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Poverty and Poor Law Reform in Nineteenth Century Britain 1834-1914 - from Chadwick to Boothby David Englander (Longman, 1998). A comprehensive account of poverty and the response to it in Victorian Britain, with an extensive bibliography of useful national, local and regional material.
Report on the Sanitary Conditions of the Labouring Population of Great Britain by Edwin Chadwick, 1842, ed. M.W. Flinn (1965). The full text of Chadwick's report includes his use of extracts from the reports of the local investigators. The book includes an introduction to the Report and an explanation of its significance to public health reform.
The English Town by Mark Girouard (Yale University Press 1995). A colourful illustrated introduction to all aspects of the history of towns with an extensive section on Victorian Britain. (publisher, date)
State, Society and the Poor in Nineteenth Century England by Alan Kidd, (Palgrave, 1999). This book in the Social History in Perspective series focuses as much on self-help, voluntary and charity provision for the poor as it does on assistance provided by the state.
Places to visit
The Public Record Office at Kew is the major repository of Poor Law Union, Commission and Board papers. Local History Libraries are a rich source of many of the records of the 19th century.
Thackray Medical Museum, Beckett Street, Leeds, LS9 7LN, Tel: 0113245 7084 (on the St James's Hospital/Jimmy's site). This museum is housed in the building that was the Leeds Union Workhouse built in 1861. A visit there opens with Robert Baker's description of Leeds in 1842 and an invitation to tour the reconstructed unhealthy and insanitary streets of the town. You are able to choose a character and follow their life expectancy, and to find out about the possible - and impossible - cures for illnesses.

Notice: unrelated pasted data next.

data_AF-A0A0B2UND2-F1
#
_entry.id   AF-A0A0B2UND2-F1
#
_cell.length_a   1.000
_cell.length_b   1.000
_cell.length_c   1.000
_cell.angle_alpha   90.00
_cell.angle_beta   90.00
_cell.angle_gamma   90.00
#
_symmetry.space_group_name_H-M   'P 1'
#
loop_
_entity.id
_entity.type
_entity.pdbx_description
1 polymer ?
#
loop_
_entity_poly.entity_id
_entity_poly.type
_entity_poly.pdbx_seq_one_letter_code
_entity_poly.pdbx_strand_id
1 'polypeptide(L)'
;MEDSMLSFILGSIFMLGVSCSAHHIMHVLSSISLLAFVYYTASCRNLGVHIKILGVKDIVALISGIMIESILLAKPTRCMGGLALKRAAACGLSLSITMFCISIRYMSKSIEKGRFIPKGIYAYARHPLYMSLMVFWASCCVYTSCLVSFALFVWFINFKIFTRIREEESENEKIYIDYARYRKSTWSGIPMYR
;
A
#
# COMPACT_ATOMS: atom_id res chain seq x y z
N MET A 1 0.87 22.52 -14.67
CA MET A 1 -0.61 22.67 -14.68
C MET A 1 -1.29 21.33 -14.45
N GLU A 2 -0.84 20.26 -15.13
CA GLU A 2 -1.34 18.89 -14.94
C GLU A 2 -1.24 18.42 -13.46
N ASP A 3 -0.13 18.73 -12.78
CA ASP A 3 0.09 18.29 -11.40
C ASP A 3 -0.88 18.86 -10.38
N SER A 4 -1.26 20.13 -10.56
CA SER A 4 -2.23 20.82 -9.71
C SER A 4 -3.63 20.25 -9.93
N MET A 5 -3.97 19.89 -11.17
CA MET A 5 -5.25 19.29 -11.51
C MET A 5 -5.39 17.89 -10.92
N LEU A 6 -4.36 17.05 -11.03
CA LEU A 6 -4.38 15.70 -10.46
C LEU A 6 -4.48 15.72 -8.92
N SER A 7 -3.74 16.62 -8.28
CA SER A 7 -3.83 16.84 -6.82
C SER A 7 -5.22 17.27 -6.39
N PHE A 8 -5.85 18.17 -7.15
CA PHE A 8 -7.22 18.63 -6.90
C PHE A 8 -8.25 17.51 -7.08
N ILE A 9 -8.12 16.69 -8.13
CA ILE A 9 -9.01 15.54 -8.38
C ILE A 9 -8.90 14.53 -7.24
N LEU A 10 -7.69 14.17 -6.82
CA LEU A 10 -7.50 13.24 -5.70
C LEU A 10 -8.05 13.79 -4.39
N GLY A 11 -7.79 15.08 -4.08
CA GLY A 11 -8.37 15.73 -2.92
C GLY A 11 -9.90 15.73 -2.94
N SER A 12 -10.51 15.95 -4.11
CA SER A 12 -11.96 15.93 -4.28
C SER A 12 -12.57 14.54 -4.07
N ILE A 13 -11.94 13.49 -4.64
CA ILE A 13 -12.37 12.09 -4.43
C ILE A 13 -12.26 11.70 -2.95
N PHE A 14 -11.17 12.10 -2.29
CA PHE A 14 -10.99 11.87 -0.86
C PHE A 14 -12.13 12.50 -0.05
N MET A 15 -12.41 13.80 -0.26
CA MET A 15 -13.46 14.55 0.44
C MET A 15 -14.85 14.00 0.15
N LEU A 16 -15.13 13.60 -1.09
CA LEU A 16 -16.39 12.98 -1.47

Ripon Workhouse Museum, St Marygate, Ripon, North Yorkshire, HG4 1LX, Tel: 01765 690799. This is believed to be the only workhouse museum in the country, it is established in the Men's Casual Wards of 1877 in the Workhouse buildings. The cells, dayroom and workyard have been refurbished, and with a Hard Times Gallery of images, this museum gives a unique picture of the reality of the Poor Law at work.
The Workhouse, Southwell, Nottinghamshire. (Not yet open, but due to open at Easter 2002.) This workhouse is currently being renovated by the National Trust.